Now let’s look at portfolio performance trends. The graph below tracks average portfolio tax equivalent book yield, duration, unrealized gain/(loss) as a percent of book value, as well as 10-year Treasury yields and average portfolio size from March 2016 through June 2019.

 

Portfolio Trends

 

As the above graph illustrates, tax equivalent book yields (red line) started reflecting the increase in market rates that prevailed through much of 2018 with a 15bps increase over the last year.  As the quarter ended, however, the average book yield was 2.75% just 1bp more when  the quarter began.  The battle today is to maintain portfolio yields in the face of a 100bps drop in market rates that followed the November 2018 yield highs.  In fact, average book yields have ranged between 2.71% and 2.75% this year as the drop in market rates has acted as a cap on book yields. While yields are not, as of yet, falling, the increases experienced last year have definitely stopped and now maintaining existing yield levels is the current challenge.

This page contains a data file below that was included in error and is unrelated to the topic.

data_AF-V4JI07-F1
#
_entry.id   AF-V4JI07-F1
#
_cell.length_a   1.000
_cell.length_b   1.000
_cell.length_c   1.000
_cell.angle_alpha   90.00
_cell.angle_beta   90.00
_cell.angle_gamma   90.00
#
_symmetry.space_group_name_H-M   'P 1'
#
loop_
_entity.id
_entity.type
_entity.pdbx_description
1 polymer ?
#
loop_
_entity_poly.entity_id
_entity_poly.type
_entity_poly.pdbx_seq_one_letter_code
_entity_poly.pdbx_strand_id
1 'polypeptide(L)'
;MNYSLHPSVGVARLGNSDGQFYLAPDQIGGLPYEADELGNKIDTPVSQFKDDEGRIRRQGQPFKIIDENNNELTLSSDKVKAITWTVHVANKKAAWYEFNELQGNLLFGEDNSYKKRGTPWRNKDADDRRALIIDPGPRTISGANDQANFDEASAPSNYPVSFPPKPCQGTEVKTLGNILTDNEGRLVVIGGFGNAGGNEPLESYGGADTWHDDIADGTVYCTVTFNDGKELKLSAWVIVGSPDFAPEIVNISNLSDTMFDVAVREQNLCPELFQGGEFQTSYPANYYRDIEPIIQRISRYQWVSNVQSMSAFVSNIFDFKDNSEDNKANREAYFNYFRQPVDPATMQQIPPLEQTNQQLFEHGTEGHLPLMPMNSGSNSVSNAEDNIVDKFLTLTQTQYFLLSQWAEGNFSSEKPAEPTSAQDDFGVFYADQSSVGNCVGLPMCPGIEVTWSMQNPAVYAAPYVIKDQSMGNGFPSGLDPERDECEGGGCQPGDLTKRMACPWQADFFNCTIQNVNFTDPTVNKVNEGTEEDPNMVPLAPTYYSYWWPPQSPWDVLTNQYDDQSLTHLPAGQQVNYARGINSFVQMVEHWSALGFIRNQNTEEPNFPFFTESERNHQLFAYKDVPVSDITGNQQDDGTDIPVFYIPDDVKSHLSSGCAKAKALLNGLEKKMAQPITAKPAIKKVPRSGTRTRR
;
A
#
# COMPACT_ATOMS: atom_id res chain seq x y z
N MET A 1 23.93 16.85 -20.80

Looking at portfolio duration (orange line),  the graph shows a decrease during the last three months dipping from 3.17 years in December to 2.94 years at quarter-end.  Durations have trended lower over the past nine months with the September 2018 duration at 3.68 years. As previously illustrated in the pie charts, portfolio allocations have changed only modestly in the past year so the decrease in duration during the quarter and year stems more from the decrease in market rates since November and subsequent increase in prepayment/call expectations given the lower rate environment. As shown, the 10-year Treasury began the quarter at 2.41% and finished June at 2.01%. Two-year yields dropped an even larger 58bps during the quarter and the decline in yields increased prepayment and call expectations and that contributed to the drop in duration from 3.17 years as the quarter began to 2.94 at quarter-end.